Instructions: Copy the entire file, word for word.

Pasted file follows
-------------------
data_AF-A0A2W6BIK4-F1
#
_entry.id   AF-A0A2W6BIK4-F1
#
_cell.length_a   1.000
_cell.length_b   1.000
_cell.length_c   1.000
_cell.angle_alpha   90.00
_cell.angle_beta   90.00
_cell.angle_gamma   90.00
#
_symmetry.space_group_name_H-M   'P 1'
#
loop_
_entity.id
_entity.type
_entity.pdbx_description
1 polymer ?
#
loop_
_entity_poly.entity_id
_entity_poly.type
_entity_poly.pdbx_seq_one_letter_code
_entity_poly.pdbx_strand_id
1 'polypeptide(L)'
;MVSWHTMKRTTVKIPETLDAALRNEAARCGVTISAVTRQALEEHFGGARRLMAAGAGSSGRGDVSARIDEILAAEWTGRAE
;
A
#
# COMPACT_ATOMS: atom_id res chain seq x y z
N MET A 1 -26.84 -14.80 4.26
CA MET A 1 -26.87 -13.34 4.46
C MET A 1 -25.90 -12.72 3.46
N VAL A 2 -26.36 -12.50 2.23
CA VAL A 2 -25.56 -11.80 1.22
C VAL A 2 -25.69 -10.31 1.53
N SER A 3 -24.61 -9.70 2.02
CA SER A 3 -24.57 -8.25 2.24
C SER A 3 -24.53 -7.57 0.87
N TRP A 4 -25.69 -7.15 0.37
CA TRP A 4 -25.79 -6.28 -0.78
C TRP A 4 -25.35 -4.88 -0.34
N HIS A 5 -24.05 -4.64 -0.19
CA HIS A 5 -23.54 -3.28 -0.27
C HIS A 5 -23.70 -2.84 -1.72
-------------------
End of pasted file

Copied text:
data_AF-A0A2W6BIK4-F1
#
_entry.id   AF-A0A2W6BIK4-F1
#
_cell.length_a   1.000
_cell.length_b   1.000
_cell.length_c   1.000
_cell.angle_alpha   90.00
_cell.angle_beta   90.00
_cell.angle_gamma   90.00
#
_symmetry.space_group_name_H-M   'P 1'
#
loop_
_entity.id
_entity.type
_entity.pdbx_description
1 polymer ?
#
loop_
_entity_poly.entity_id
_entity_poly.type
_entity_poly.pdbx_seq_one_letter_code
_entity_poly.pdbx_strand_id
1 'polypeptide(L)'
;MVSWHTMKRTTVKIPETLDAALRNEAARCGVTISAVTRQALEEHFGGARRLMAAGAGSSGRGDVSARIDEILAAEWTGRAE
;
A
#
# COMPACT_ATOMS: atom_id res chain seq x y z
N MET A 1 -26.84 -14.80 4.26
CA MET A 1 -26.87 -13.34 4.46
C MET A 1 -25.90 -12.72 3.46
N VAL A 2 -26.36 -12.50 2.23
CA VAL A 2 -25.56 -11.80 1.22
C VAL A 2 -25.69 -10.31 1.53
N SER A 3 -24.61 -9.70 2.02
CA SER A 3 -24.57 -8.25 2.24
C SER A 3 -24.53 -7.57 0.87
N TRP A 4 -25.69 -7.15 0.37
CA TRP A 4 -25.79 -6.28 -0.78
C TRP A 4 -25.35 -4.88 -0.34
N HIS A 5 -24.05 -4.64 -0.19
CA HIS A 5 -23.54 -3.28 -0.27
C HIS A 5 -23.70 -2.84 -1.72